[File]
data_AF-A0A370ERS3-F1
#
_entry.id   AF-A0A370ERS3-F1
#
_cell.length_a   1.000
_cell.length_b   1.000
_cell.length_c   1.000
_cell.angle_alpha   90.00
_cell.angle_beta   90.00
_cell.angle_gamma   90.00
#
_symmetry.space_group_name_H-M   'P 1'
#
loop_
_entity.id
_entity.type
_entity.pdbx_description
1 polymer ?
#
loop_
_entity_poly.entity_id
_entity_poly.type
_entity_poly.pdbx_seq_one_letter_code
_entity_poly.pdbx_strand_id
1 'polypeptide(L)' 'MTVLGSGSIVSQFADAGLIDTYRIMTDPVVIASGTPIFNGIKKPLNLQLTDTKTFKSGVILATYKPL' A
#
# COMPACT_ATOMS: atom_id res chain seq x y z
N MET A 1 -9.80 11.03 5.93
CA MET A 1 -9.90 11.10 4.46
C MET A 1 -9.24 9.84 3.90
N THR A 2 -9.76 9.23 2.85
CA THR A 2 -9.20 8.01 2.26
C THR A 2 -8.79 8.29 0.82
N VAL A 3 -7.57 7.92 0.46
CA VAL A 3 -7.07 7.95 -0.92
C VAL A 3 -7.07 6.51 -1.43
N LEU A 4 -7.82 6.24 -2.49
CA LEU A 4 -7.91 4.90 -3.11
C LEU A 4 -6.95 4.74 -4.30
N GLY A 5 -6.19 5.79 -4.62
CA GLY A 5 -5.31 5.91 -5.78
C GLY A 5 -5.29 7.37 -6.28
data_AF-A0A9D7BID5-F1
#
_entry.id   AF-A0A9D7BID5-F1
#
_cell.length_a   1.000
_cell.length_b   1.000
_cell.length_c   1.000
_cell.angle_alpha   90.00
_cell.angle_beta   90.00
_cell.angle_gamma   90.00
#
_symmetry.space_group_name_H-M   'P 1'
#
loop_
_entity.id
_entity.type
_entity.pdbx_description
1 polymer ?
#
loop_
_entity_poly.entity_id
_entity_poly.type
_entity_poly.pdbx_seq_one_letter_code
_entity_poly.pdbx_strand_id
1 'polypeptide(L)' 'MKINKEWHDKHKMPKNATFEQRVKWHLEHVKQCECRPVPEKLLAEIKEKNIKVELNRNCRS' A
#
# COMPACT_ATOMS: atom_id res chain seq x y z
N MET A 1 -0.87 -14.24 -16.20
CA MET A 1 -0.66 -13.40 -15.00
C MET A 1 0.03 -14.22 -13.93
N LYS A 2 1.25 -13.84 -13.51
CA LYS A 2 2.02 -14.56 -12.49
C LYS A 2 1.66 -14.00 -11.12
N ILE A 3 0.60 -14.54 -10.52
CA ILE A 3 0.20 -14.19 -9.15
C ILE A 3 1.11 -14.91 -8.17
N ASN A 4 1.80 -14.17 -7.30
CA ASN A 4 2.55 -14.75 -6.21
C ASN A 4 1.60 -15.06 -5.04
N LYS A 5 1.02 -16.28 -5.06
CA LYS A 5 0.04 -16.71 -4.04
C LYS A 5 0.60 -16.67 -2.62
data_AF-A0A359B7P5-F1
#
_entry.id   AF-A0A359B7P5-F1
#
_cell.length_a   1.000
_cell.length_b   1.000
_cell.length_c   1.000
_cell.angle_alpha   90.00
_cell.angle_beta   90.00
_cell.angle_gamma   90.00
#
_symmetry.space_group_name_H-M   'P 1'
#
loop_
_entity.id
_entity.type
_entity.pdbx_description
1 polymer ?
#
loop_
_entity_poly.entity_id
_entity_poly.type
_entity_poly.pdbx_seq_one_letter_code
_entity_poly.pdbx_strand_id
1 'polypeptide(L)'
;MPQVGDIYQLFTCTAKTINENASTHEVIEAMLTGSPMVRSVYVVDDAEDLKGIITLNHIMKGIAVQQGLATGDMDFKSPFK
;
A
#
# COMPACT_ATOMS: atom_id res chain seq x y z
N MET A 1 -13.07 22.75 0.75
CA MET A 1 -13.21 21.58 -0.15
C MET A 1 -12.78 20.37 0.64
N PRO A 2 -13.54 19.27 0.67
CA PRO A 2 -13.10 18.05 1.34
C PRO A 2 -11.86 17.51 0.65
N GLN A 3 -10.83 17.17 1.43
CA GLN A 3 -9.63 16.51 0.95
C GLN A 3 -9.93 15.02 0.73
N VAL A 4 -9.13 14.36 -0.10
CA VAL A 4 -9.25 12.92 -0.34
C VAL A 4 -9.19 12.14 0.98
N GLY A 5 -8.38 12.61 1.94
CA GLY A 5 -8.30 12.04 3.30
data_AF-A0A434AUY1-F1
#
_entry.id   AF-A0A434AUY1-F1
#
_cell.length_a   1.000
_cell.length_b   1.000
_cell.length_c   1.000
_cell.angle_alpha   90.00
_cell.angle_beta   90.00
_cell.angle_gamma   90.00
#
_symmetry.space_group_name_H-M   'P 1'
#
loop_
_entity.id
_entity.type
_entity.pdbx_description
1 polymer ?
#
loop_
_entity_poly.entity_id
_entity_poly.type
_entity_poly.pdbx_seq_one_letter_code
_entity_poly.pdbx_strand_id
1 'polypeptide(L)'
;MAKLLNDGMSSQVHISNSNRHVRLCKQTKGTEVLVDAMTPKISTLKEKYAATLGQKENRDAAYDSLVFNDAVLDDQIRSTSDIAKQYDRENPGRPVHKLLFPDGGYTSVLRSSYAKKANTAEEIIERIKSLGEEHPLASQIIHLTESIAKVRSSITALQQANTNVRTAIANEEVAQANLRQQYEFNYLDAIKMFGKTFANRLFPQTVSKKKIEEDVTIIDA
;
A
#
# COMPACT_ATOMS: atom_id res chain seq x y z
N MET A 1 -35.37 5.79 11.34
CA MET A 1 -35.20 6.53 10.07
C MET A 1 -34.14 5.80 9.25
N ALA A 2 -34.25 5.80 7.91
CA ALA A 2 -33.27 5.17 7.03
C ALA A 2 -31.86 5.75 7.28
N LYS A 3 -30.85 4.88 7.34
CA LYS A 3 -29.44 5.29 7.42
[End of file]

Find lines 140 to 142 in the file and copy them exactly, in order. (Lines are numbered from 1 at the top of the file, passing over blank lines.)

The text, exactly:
_symmetry.space_group_name_H-M   'P 1'
#
loop_